We knew the opponents for every NFL team way back in January. Every opponent is determined by a strict, simple formula, so it's hard to say any team was unfairly treated when it comes to determining what teams they face.
Six games are against division opponents, and eight more are based on a simple rotation of out-of-division games. The final two games are against conference teams that finished in the same position. So a first-place team like the New England Patriots face other first-place teams like the Indianapolis Colts and Cincinnati Bengals.
Some teams can be slighted when it comes to how the schedule is laid out. No one wants to go on the road for three straight games. Coaches want to avoid as many short weeks as possible. Teams love to have their bye week in the middle of the season, and they would rather not bunch all their difficult games together.
With that in mind, let's look at a few teams that might feel they got the short end of the stick.
Cincinnati Bengals and Tampa Bay Buccaneers
One of the first things I look for in the schedule: Teams that have to go on the road for three straight weeks. Tampa has a stretch where they go to Atlanta, Pittsburgh and New Orleans between Weeks 3 to 5. That's a recipe for a slow start to the season unless the Buccaneers can sweep their two home games to start 2014 against St. Louis and Carolina.
The Bengals embark on a three-game road trip starting in Week 11 that goes through New Orleans, Houston and Tampa Bay. It's not a brutal swing, but it's part of a trend for the whole season. Many of their toughest games (New England, Indianapolis and New Orleans) are on the road. Cincinnati's season also ends on a tough note, with a Monday night game against Denver, and then a short week before heading to Pittsburgh.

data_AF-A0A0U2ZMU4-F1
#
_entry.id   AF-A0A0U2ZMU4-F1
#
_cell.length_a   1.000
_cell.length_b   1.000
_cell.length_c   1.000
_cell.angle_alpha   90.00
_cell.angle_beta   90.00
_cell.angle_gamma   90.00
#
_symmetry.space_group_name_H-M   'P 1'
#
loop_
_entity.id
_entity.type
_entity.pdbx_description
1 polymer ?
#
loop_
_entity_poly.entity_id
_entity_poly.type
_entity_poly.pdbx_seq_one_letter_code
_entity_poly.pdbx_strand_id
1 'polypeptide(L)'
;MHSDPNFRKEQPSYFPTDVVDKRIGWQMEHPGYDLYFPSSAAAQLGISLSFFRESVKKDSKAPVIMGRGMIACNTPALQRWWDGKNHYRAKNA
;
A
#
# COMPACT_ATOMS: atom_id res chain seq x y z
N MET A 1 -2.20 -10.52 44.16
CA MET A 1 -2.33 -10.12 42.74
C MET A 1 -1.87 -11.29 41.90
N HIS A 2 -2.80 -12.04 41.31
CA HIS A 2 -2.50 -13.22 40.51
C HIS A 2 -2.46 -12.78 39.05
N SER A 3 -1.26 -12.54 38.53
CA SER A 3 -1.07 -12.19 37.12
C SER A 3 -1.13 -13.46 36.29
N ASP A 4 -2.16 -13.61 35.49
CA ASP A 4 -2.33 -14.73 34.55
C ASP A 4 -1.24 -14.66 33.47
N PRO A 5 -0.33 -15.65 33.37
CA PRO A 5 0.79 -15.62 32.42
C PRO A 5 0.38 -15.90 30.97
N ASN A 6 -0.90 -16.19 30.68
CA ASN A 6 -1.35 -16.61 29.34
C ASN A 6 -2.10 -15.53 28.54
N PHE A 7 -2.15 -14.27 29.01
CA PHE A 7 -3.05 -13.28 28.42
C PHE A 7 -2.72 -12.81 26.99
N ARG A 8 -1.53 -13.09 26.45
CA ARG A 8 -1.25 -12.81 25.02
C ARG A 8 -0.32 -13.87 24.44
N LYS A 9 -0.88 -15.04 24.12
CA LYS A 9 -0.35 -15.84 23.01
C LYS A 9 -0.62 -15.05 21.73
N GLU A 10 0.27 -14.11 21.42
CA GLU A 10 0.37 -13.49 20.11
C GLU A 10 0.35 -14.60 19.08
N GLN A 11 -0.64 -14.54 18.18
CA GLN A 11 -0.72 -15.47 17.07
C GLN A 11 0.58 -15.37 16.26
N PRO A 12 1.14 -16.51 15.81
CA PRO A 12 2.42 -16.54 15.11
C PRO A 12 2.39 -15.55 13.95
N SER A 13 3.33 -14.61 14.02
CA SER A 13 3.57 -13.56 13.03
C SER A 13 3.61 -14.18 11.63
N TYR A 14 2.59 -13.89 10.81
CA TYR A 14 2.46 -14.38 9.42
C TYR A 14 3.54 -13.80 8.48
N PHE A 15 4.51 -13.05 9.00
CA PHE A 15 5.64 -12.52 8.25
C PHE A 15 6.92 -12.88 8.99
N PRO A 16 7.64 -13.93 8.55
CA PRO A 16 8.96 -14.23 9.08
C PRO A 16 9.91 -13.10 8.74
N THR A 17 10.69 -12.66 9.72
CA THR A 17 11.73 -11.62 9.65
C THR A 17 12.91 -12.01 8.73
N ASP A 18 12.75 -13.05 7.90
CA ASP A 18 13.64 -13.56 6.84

St. Louis Rams
The Rams have the toughest schedule in the league on paper. Like the Bengals and Buccaneers, they have a three-game road trip. That's part of an eight game stretch where they play seven playoff teams from a year ago. The only exception: a tough road tilt in Arizona. St. Louis is going to have to be a lot better just to win seven games again. Then again, the Rams aren't alone with tough schedules ...
Both western divisions
The NFC West is just brutal. The Cardinals, like the Rams, have four games against Seattle and San Francisco. The AFC West also has to face the NFC West out of conference, setting up a very challenging schedule for Denver, Oakland, San Diego and Kansas City.
The AFC West sent three teams to the playoffs last year. That means Oakland's schedule is absolutely loaded with matchups against playoff teams from a year ago. Now the entire AFC West will beat up on each other while having to solve the difficult defenses of the NFC West. The Raiders have a tough slate.
Tennessee Titans and Jacksonville Jaguars
The NFL usually tries to help out teams coming off poor seasons with easier games. It's a philosophy that goes back decades: Many losing teams face each other in the first three weeks of the season. The Titans and Jaguars don't have brutal overall schedules, but their toughest stretches come in the season's first month.
Both teams start with three road games in four weeks. The Titans face three playoff teams from a year ago, all on the road, in that stretch. The Jaguars' only home game in the first four weeks comes against the defending division champion Indianapolis Colts. There is room for upward movement in the AFC South, but both teams have an uphill climb in September.
Starting in St. Louis isn't too bad. Facing the Patriots, Saints and Packers in the first five weeks of the season is rough. Minnesota has to go to the Superdome early and they go to Lambeau Field on a short week to face the Packers on a Thursday night game. We also think that the NFC North will experience a return to form this season. Three teams have quarterbacks. The Vikings don't.